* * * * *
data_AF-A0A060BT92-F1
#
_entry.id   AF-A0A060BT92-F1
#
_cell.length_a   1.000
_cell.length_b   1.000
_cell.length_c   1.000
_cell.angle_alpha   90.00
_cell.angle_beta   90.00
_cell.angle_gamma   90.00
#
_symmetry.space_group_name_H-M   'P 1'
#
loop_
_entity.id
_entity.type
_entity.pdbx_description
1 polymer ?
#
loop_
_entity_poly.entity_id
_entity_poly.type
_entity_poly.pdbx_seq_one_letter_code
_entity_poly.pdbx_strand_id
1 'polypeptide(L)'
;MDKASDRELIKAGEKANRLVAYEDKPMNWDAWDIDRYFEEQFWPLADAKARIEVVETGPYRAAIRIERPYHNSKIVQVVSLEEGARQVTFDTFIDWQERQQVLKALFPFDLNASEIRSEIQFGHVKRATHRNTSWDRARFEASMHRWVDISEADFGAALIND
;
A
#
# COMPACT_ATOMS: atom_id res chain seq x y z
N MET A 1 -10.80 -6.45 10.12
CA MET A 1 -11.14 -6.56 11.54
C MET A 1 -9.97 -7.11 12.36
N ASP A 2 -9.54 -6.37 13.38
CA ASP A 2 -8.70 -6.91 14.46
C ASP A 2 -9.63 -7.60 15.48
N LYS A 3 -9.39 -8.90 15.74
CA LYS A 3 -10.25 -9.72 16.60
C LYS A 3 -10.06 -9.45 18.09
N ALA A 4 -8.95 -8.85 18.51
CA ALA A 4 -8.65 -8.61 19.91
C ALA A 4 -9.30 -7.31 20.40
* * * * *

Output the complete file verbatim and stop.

data_AF-A0A060BT92-F1
#
_entry.id   AF-A0A060BT92-F1
#
_cell.length_a   1.000
_cell.length_b   1.000
_cell.length_c   1.000
_cell.angle_alpha   90.00
_cell.angle_beta   90.00
_cell.angle_gamma   90.00
#
_symmetry.space_group_name_H-M   'P 1'
#
loop_
_entity.id
_entity.type
_entity.pdbx_description
1 polymer ?
#
loop_
_entity_poly.entity_id
_entity_poly.type
_entity_poly.pdbx_seq_one_letter_code
_entity_poly.pdbx_strand_id
1 'polypeptide(L)'
;MDKASDRELIKAGEKANRLVAYEDKPMNWDAWDIDRYFEEQFWPLADAKARIEVVETGPYRAAIRIERPYHNSKIVQVVSLEEGARQVTFDTFIDWQERQQVLKALFPFDLNASEIRSEIQFGHVKRATHRNTSWDRARFEASMHRWVDISEADFGAALIND
;
A
#
# COMPACT_ATOMS: atom_id res chain seq x y z
N MET A 1 -10.80 -6.45 10.12
CA MET A 1 -11.14 -6.56 11.54
C MET A 1 -9.97 -7.11 12.36
N ASP A 2 -9.54 -6.37 13.38
CA ASP A 2 -8.70 -6.91 14.46
C ASP A 2 -9.63 -7.60 15.48
N LYS A 3 -9.39 -8.90 15.74
CA LYS A 3 -10.25 -9.72 16.60
C LYS A 3 -10.06 -9.45 18.09
N ALA A 4 -8.95 -8.85 18.51
CA ALA A 4 -8.65 -8.61 19.91
C ALA A 4 -9.30 -7.31 20.40